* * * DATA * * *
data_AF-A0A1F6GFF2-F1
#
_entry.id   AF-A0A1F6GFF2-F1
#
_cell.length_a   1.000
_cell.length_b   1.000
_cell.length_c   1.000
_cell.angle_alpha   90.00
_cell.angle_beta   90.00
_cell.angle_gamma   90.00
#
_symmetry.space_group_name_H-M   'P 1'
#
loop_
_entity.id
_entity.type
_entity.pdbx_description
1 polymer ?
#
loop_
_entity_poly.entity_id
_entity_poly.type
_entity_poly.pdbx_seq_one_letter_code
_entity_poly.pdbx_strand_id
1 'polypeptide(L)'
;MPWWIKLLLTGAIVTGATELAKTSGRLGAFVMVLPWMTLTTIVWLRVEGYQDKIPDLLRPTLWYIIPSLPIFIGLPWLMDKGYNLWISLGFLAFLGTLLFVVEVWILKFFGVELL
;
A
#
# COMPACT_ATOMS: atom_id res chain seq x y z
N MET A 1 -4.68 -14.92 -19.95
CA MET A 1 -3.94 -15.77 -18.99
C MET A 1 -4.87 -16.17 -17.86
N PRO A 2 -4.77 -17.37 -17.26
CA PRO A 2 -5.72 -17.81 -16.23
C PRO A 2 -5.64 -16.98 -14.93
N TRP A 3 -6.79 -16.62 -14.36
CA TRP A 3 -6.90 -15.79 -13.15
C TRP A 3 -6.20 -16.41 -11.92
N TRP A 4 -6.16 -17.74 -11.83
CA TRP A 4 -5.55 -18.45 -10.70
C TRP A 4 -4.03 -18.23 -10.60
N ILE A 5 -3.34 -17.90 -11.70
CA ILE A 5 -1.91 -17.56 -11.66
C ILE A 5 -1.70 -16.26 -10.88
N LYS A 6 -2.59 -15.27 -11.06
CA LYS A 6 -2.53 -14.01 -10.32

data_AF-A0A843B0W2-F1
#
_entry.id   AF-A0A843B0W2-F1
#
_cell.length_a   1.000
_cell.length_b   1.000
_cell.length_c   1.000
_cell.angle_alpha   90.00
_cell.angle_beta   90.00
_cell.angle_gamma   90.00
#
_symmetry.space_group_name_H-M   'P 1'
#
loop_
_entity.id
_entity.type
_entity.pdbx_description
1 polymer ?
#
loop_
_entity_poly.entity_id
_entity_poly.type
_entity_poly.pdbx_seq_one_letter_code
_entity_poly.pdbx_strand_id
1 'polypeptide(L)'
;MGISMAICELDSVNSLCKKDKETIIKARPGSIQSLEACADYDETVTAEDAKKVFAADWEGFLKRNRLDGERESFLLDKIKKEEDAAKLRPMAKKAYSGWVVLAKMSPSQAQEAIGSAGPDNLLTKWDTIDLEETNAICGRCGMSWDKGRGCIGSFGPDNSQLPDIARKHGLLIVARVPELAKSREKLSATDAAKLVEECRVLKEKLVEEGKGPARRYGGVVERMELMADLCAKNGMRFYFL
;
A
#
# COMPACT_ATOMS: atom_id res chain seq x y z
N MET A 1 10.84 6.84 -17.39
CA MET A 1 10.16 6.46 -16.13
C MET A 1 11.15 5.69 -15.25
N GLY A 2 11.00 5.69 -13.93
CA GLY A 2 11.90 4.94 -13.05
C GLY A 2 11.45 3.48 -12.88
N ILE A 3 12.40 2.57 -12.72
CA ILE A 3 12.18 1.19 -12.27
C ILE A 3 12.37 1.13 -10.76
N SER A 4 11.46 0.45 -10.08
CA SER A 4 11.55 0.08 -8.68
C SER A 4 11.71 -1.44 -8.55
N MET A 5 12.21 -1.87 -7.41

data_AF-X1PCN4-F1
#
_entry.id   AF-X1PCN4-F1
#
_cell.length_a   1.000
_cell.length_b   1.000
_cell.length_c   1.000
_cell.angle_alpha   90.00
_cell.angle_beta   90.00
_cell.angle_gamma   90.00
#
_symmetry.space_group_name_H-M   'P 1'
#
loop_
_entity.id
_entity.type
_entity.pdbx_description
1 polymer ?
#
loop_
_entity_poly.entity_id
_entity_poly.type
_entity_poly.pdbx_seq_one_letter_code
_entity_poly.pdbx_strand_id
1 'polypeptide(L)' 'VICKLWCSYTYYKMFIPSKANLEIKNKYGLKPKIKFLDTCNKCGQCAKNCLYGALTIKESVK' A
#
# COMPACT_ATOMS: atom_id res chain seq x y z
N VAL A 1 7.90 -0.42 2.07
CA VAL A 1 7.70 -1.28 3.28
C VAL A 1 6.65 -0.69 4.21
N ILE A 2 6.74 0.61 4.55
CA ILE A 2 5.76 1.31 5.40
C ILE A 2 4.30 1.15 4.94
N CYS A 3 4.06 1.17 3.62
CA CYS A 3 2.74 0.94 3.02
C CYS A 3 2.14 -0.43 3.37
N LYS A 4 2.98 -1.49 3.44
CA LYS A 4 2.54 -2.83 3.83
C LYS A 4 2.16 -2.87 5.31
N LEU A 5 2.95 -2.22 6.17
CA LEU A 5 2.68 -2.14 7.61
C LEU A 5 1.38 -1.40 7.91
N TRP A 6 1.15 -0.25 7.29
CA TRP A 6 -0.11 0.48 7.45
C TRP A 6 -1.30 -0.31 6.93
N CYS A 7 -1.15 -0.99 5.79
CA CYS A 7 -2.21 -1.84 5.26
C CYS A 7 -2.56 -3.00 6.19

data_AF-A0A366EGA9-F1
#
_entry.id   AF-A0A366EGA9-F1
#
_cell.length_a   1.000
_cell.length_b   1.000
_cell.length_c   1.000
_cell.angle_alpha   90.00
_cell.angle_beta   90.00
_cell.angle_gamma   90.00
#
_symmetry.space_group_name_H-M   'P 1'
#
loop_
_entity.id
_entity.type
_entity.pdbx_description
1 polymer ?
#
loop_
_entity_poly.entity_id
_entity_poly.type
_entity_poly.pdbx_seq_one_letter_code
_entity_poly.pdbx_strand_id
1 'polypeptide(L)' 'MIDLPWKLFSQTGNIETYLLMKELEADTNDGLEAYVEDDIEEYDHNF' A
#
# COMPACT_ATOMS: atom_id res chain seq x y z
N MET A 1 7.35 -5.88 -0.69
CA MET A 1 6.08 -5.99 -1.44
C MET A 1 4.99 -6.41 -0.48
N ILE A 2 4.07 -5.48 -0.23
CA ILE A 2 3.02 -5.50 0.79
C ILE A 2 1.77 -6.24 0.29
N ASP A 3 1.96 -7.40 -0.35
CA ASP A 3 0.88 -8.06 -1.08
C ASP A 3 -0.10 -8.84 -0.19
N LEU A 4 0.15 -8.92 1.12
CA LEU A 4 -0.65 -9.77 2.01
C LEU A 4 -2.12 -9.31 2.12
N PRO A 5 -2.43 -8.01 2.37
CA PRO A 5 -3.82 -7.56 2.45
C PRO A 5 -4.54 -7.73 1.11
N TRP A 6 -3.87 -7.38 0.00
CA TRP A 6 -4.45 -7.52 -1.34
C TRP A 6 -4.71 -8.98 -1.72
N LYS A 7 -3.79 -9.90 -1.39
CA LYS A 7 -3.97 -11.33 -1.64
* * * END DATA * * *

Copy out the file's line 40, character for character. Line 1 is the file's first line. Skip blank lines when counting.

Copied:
N TRP A 4 -6.16 -17.74 -11.83